For example, let’s say your hard drive is full and you want Chrome to save that large file to an external hard drive. Or maybe you have different location preferences for different types of downloads. In such cases, you’ll want to choose a different download location. The good news is you can easily tweak Chrome’s download settings to designate a different download folder. Better still, you can even configure Chrome to always ask for a download location before saving a file.

How to Change the Default Downloads Folder

To tweak your Chrome download settings, follow the steps below:

1. Open your Google Chrome browser.

Chrome Download File Size Limit

2. Click the three vertical dots (aka hamburger menu) located in the top-right corner of Chrome’s window.

3. Scroll down and click on “Settings” from the list of options.

3. This will expand the Settings menu. Now scroll all the way down until you reach the “Advanced” drop-down and click on it.

4. This will further expand the settings menu into different sections. Scroll down until you reach the “Downloads” section.

5. Click the “Change” button towards the right side to change the default download location and choose the download folder of your choice.

6. Click “OK.” That’s it! You’ve just designated a new download location.

As mentioned earlier, you can also enable Chrome to always ask where you want individual files to be saved – and that’s my preferred setup. The best part is that both of these settings are found in the same place, which makes it super easy to tweak them in the way you deem fit.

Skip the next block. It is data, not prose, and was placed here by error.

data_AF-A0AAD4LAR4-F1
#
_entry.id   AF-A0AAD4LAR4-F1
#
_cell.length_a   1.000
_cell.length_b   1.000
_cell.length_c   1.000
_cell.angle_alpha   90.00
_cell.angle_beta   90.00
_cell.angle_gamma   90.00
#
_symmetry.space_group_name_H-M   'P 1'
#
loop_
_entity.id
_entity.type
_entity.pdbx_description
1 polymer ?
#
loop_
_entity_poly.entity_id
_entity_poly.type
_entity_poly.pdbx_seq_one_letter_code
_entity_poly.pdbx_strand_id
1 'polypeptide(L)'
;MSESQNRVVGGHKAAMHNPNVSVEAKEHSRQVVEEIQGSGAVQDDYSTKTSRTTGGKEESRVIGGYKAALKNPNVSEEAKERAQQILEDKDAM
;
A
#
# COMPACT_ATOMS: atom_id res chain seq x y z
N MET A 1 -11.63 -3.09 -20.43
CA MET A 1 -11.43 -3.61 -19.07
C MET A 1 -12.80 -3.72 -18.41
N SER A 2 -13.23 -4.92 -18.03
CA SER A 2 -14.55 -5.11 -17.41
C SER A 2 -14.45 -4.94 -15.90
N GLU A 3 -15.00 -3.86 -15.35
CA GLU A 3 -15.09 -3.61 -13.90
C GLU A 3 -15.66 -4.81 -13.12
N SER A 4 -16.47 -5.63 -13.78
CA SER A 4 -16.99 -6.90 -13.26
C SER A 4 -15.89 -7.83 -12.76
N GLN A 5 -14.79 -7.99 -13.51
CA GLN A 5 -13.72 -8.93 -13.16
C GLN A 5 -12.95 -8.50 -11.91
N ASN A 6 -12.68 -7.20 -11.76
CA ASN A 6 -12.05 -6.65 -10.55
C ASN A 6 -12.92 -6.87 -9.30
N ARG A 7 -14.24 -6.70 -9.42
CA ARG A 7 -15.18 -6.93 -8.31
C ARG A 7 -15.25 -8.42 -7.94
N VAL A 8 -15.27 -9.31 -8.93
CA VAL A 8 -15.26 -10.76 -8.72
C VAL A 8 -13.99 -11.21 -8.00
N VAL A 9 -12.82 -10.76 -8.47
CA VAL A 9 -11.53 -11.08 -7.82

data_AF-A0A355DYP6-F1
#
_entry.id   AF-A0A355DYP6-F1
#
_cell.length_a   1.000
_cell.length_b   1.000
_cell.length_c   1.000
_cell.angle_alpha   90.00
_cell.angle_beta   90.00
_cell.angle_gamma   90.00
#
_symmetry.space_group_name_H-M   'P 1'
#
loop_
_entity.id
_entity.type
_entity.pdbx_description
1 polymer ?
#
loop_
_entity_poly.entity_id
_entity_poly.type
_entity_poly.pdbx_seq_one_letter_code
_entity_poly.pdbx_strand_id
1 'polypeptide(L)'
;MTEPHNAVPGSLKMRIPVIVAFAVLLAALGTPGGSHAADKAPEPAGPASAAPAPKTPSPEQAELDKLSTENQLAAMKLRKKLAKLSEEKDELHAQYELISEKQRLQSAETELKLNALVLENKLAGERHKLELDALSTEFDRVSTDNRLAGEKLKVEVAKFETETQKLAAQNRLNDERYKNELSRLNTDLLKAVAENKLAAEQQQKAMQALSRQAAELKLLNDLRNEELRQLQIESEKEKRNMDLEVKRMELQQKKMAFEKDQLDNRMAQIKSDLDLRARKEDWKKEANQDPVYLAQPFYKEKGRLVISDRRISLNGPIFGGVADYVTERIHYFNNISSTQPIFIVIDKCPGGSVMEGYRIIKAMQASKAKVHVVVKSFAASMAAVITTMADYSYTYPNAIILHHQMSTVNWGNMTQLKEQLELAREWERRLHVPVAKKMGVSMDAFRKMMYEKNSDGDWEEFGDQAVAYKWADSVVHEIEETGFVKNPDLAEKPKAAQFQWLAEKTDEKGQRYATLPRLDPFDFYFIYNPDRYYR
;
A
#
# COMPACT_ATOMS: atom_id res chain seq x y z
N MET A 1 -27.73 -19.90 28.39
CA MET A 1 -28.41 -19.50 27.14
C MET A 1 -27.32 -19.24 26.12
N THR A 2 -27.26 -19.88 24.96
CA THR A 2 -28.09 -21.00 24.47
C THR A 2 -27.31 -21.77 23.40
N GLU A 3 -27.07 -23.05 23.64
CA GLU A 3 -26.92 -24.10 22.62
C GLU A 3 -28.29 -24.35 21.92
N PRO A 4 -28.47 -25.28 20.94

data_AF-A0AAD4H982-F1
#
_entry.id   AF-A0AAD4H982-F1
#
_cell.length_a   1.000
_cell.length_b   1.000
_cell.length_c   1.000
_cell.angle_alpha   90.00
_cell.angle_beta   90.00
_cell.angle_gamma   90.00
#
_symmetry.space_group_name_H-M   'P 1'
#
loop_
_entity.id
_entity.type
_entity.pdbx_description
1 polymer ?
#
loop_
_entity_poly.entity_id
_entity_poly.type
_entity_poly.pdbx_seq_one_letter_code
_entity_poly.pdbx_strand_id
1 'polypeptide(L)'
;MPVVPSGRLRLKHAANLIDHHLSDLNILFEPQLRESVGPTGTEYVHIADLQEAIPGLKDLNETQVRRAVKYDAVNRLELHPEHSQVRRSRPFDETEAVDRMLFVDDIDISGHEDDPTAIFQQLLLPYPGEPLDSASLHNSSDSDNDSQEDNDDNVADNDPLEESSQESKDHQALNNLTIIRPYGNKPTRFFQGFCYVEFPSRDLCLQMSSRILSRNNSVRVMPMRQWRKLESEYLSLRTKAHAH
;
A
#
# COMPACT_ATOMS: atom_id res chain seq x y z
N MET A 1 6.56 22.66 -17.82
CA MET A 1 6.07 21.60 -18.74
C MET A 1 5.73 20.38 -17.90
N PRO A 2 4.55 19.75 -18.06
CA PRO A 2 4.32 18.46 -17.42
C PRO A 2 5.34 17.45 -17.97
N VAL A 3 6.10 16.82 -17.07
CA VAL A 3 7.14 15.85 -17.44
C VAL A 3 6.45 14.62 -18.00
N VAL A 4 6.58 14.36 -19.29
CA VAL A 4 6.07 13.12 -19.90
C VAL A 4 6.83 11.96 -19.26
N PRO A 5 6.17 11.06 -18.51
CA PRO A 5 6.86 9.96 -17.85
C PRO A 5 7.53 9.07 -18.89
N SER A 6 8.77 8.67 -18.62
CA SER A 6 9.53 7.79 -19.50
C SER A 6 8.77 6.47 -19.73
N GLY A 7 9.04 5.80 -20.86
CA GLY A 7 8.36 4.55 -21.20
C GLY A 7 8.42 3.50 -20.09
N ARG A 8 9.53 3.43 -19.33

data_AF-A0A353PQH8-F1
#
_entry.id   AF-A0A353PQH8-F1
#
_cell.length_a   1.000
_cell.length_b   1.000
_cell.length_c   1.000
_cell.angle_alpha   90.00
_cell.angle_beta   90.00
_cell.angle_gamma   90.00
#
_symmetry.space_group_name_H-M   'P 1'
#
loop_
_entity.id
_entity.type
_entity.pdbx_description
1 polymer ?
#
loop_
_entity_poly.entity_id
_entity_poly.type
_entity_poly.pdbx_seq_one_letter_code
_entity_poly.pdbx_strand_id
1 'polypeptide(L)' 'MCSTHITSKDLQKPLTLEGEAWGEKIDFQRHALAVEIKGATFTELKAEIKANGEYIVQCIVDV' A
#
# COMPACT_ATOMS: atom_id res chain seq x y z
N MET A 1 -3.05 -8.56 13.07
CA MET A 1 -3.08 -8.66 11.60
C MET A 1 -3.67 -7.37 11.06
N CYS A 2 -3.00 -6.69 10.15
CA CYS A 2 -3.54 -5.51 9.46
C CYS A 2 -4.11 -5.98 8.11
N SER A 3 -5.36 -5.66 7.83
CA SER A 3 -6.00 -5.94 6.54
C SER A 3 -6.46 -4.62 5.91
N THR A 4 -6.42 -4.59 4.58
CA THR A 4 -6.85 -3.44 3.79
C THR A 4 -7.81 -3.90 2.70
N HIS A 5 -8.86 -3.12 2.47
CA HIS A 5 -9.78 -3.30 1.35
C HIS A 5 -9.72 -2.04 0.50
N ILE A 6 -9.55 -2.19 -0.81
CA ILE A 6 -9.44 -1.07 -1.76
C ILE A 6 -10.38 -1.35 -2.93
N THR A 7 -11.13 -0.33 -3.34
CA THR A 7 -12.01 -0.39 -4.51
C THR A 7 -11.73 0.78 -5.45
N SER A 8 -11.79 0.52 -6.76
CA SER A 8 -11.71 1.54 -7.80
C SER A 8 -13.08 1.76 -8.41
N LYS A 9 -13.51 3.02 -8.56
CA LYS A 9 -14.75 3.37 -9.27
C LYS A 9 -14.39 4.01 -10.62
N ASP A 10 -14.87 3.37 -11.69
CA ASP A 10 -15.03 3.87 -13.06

To do so, just toggle the “Ask where to save each file before downloading” button to “On,” and you’re good to go.

When this button is toggled to ON, Chrome will bypass all the other download settings and ask where to save files before downloading.

Also read:How to Clear the Google Chrome DNS Cache

How to Find Your Recent Downloads in Chrome

When you have multiple downloads each saved in different folders/locations, it’s easier to forget where some of your earlier or even recent downloads were saved. Fortunately, Chrome does provide an easy way to locate all your downloaded files. Here’s how to go about it:

1. Launch Google Chrome.

2. Press keyboard shortcuts Ctrl + J simultaneously, and Chrome will open a list of all your downloaded files in chronological order.

3. Click the “show in folder” option.

Now you’ll be able to see the download path, including the folder where the file was saved.

Tip: While still at the downloaded items list, you can click on the file name and drag the file to a new folder of your choice. This will automatically copy the file from the original folder to the one you’re dragging it to. Note that this action does not remove the file from the original location.

Wrapping Up

Google Chrome Download File Size Limit

While Google Chrome is undeniably one of the best browsers, there are certain tweaks you should know to get the best out of this robust browser. And knowing how to tweak Chrome download settings to your preferences is one of them.

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We hope this guide will help you get the best out of this fast and secure browser. Feel free to comment and share.